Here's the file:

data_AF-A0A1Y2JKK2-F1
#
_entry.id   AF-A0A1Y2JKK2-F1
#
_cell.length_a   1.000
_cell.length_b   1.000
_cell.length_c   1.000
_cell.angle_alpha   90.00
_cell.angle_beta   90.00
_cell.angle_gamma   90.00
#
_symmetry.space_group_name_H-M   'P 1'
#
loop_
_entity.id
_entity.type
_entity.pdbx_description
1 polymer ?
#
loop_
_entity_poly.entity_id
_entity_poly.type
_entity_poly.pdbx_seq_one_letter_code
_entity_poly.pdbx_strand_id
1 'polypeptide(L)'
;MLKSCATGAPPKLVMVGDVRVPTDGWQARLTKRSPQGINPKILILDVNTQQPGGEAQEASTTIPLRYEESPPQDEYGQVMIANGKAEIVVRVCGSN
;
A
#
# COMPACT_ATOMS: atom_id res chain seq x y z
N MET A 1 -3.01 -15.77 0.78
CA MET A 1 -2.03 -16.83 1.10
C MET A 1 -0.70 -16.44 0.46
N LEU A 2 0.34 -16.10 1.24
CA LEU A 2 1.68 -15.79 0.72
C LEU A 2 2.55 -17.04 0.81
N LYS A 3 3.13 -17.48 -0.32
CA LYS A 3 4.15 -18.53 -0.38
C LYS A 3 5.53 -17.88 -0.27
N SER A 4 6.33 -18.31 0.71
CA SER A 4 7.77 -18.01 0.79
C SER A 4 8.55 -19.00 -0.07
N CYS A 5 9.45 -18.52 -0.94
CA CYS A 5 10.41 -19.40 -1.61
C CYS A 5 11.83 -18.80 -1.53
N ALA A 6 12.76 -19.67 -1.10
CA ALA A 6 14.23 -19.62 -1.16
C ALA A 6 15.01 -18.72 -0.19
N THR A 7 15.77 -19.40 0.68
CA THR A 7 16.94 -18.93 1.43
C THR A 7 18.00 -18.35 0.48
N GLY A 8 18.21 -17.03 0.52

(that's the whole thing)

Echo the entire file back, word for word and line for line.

data_AF-A0A1Y2JKK2-F1
#
_entry.id   AF-A0A1Y2JKK2-F1
#
_cell.length_a   1.000
_cell.length_b   1.000
_cell.length_c   1.000
_cell.angle_alpha   90.00
_cell.angle_beta   90.00
_cell.angle_gamma   90.00
#
_symmetry.space_group_name_H-M   'P 1'
#
loop_
_entity.id
_entity.type
_entity.pdbx_description
1 polymer ?
#
loop_
_entity_poly.entity_id
_entity_poly.type
_entity_poly.pdbx_seq_one_letter_code
_entity_poly.pdbx_strand_id
1 'polypeptide(L)'
;MLKSCATGAPPKLVMVGDVRVPTDGWQARLTKRSPQGINPKILILDVNTQQPGGEAQEASTTIPLRYEESPPQDEYGQVMIANGKAEIVVRVCGSN
;
A
#
# COMPACT_ATOMS: atom_id res chain seq x y z
N MET A 1 -3.01 -15.77 0.78
CA MET A 1 -2.03 -16.83 1.10
C MET A 1 -0.70 -16.44 0.46
N LEU A 2 0.34 -16.10 1.24
CA LEU A 2 1.68 -15.79 0.72
C LEU A 2 2.55 -17.04 0.81
N LYS A 3 3.13 -17.48 -0.32
CA LYS A 3 4.15 -18.53 -0.38
C LYS A 3 5.53 -17.88 -0.27
N SER A 4 6.33 -18.31 0.71
CA SER A 4 7.77 -18.01 0.79
C SER A 4 8.55 -19.00 -0.07
N CYS A 5 9.45 -18.52 -0.94
CA CYS A 5 10.41 -19.40 -1.61
C CYS A 5 11.83 -18.80 -1.53
N ALA A 6 12.76 -19.67 -1.10
CA ALA A 6 14.23 -19.62 -1.16
C ALA A 6 15.01 -18.72 -0.19
N THR A 7 15.77 -19.40 0.68
CA THR A 7 16.94 -18.93 1.43
C THR A 7 18.00 -18.35 0.48
N GLY A 8 18.21 -17.03 0.52